Five Fun Facts About the Swamp
The ecosystems in Louisiana’s swamps are as rich, varied and captivating as the region’s culture. So we decided to check in with our friends Jared and Eric at Beyond the Bayou, naturalists and guides at the acclaimed swamp tour operator, who were kind enough to share with us their favorite facts – including those about alligators and swamp monsters – about the beloved swamps they skim through daily.
Take it away, fellas!
The swamp is a magical place filled with unique wildlife, history, culture and mystery. There’s nothing quite like an adventure through a flooded forest, with sunlight flickering down through the canopy above, helping the water to seemingly dance as you glide through on a boat or kayak. Waterways filled with alligators and cypress knees attract visitors from around the world. Here are our favorite reasons why:
- Alligators: You can’t talk about the swamp without talking about alligators. The American Alligator is the largest reptile living in the United States. Get this – adult males can grow up to 15 feet and weigh up to 1,000 pounds! Once endangered, they have now made a remarkable recovery. Did you know that some alligators even use tools? In Louisiana and Florida, gators have been observed using lures to hunt fowl; they balance sticks or branches on their heads to attract birds looking for nesting material. Pretty crafty!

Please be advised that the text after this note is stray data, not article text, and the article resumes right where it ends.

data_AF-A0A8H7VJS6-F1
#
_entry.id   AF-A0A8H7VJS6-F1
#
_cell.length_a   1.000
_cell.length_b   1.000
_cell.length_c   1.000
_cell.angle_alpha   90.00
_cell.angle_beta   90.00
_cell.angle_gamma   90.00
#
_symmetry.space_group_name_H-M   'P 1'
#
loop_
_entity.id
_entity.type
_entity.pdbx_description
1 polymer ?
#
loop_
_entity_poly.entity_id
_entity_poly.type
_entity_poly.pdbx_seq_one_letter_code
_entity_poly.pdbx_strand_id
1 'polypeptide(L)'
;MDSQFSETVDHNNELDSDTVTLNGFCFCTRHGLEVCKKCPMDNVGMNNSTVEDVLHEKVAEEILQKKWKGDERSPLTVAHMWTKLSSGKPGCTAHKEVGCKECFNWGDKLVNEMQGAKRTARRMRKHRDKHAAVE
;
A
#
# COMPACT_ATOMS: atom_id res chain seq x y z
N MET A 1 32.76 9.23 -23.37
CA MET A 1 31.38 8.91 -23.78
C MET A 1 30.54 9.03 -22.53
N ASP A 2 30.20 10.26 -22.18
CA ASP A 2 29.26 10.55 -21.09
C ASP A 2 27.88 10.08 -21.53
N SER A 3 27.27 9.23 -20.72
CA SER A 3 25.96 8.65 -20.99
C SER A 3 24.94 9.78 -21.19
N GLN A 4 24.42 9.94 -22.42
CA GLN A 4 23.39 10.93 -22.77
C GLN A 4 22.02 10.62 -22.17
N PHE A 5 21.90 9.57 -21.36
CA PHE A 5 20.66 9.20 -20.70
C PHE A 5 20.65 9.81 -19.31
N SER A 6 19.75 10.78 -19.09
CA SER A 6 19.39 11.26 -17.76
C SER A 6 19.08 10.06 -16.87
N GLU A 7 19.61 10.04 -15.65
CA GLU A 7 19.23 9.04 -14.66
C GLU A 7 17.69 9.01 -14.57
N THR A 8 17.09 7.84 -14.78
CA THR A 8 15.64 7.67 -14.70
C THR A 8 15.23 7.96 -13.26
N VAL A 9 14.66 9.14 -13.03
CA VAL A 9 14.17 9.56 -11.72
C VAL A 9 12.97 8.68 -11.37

- Rougarou, Legendary Cajun Swamp Monster: Cajun legends speak of a creature who prowls the swamps and sugarcane fields around Southern Louisiana. It is commonly described as a beast with the body of a human and the head of a wolf. Known as a Rougarou, this mythical monster is said to shape-shift between human and animal forms at will. The name “Rougarou” came from the word “loup-garou,” French for werewolf. If you head into the swamps at night, beware…
- Vital Ecosystems: Swamps are critical ecosystems. During storm surges, they protect cities and act as giant sponges and barriers, helping to moderate flooding and absorbing excess water. Swamps also help purify water, filtering some waste and chemicals from human activities and factories; harmful substances not absorbed by marshland plants are deposited slowly over time into sediment and sand.
- First Recall (Spanish Moss): Spanish Moss is the iconic, feathery looking plant that hangs off of oak and cypress trees, both in the swamps and in big Southern cities like New Orleans, Charleston and Savannah. But what’s interesting is that Spanish moss isn’t Spanish, it’s American, and it isn’t a moss – it’s actually part of the pineapple family. Crazy, right? Fluffy Spanish moss has been used historically for all kinds of commercial purposes, from bedding to car seats. In fact, the first major manufacturer’s recall in the U.S. was in the Model T automobile from Ford, and it was Spanish moss-related – in the early 1900’s, Ford used Spanish moss in the seating, and it was filled with mites. Yikes!
- Spiders That Fish: The swamps of Louisiana are home to a unique spider that likes to hang out on the base of cypress and tupelo trees. The “fishing spider” can trap air bubbles in its bristly body hair, which it releases whenever it needs fresh oxygen. This enables it to stay underwater for up to 30 minutes at a time. They don’t bother with spinning webs, as they can glide and submerge, catching minnows, insects and other small creatures found in the water below. These spiders are large – about three inches long – and mildly venomous, but don’t worry, as they usually shy away from humans and bites are very rare. Phew.
Written by: Beyond the Bayou